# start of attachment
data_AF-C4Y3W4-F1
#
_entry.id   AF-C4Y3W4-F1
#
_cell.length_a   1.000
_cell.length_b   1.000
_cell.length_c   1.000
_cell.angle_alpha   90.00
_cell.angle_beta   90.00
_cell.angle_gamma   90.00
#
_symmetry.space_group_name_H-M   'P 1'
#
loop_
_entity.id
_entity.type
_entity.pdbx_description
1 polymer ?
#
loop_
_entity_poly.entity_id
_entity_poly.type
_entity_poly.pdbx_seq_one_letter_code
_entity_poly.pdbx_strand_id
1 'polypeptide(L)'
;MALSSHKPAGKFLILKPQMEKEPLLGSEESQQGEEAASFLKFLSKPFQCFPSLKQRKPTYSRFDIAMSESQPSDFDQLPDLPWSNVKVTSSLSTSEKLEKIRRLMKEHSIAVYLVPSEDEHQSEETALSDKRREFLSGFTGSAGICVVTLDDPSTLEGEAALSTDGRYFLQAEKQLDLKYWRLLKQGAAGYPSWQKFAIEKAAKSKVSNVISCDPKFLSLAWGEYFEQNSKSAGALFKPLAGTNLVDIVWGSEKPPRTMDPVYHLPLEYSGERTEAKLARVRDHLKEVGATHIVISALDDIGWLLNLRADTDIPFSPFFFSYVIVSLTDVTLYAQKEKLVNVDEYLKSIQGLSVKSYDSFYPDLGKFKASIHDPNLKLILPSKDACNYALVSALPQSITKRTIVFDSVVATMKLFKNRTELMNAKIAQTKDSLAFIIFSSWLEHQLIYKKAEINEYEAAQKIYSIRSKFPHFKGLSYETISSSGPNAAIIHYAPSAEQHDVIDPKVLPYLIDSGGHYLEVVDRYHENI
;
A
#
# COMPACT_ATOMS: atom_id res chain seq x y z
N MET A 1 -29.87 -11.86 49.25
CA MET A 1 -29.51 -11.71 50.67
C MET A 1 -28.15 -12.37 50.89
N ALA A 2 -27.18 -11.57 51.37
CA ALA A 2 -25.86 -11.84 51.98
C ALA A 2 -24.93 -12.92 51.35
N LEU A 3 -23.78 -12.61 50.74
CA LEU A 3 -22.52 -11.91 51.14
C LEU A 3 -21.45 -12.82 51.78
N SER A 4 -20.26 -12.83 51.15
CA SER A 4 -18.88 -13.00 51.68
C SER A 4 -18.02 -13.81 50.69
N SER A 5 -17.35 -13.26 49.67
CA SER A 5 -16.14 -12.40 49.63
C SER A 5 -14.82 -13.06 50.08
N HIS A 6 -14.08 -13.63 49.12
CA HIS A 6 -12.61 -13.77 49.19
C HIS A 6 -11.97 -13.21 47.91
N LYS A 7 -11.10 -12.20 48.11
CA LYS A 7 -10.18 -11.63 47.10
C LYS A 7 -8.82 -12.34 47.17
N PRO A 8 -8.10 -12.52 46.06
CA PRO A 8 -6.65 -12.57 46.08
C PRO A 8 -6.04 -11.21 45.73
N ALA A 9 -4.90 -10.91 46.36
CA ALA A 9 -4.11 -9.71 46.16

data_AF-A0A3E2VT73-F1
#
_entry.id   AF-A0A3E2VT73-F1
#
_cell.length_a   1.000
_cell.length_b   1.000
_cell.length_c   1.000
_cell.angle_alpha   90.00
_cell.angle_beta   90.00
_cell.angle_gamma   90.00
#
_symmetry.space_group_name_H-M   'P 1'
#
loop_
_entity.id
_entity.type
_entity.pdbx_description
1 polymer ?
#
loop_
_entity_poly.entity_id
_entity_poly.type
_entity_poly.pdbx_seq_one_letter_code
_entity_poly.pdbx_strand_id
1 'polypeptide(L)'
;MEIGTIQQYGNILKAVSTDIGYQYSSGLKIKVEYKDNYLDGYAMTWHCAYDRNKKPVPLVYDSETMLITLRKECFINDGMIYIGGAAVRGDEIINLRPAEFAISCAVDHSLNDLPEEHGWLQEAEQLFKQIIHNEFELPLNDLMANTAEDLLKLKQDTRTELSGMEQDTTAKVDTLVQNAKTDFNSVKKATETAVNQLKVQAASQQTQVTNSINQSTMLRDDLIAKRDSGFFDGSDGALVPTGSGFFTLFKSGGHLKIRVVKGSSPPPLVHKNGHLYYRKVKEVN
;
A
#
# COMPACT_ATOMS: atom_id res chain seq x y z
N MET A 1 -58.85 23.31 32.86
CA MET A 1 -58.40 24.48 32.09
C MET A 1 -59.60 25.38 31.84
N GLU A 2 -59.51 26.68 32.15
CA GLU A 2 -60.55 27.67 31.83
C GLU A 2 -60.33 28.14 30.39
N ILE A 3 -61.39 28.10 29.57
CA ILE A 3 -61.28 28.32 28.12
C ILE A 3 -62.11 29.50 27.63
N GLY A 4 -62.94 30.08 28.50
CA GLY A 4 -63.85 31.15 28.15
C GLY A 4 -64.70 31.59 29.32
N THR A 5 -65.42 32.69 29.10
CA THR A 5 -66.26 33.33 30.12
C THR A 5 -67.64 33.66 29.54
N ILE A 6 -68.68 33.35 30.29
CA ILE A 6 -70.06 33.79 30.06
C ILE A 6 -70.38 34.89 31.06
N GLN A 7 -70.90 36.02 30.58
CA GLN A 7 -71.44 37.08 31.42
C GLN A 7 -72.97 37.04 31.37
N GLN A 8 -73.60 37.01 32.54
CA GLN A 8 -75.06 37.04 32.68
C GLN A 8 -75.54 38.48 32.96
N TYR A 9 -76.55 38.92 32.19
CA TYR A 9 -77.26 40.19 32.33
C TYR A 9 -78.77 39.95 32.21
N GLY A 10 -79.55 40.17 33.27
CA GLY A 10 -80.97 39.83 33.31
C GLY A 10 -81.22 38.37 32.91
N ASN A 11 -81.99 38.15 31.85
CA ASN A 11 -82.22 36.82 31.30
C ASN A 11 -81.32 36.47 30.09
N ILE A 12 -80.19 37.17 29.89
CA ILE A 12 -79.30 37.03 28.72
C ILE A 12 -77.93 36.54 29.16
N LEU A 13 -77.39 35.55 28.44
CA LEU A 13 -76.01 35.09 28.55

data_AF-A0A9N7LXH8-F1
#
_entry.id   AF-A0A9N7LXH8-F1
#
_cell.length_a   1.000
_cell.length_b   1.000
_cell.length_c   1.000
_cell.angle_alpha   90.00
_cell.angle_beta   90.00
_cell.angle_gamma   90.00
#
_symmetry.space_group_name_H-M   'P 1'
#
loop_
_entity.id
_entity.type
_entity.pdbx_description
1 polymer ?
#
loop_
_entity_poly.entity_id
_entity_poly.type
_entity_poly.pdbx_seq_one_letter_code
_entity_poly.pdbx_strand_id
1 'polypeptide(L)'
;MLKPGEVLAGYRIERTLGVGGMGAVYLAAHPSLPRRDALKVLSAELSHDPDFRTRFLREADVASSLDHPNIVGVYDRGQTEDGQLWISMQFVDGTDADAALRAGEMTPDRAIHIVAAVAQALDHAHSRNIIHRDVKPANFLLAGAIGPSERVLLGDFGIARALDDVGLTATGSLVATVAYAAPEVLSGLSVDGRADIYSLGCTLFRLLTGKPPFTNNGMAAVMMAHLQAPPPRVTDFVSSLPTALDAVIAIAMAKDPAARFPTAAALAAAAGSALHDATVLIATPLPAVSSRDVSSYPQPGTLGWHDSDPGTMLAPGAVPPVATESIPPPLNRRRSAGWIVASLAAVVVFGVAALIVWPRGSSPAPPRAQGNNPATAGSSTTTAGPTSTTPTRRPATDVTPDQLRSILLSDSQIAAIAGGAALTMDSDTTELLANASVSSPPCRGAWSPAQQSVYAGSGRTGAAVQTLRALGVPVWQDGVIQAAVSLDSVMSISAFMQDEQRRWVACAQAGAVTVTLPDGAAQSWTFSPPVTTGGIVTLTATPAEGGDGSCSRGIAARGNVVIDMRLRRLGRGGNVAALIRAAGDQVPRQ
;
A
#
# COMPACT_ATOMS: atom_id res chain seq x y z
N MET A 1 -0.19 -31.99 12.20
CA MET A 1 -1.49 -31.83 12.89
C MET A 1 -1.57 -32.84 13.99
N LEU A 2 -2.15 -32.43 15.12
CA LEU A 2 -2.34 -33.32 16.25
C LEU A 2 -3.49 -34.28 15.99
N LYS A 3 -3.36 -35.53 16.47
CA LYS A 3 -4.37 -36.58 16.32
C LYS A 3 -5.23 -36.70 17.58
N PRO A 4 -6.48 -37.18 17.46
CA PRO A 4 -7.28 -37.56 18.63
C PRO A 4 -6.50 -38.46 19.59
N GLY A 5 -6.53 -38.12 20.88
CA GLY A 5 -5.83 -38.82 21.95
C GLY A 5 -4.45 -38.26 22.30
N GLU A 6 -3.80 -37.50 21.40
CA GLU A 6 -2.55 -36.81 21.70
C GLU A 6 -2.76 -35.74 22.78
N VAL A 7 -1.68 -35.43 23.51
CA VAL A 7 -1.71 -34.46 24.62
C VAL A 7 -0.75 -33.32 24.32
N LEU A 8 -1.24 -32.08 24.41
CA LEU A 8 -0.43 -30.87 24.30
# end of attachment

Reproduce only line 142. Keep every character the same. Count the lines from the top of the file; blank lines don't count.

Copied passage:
1 polymer ?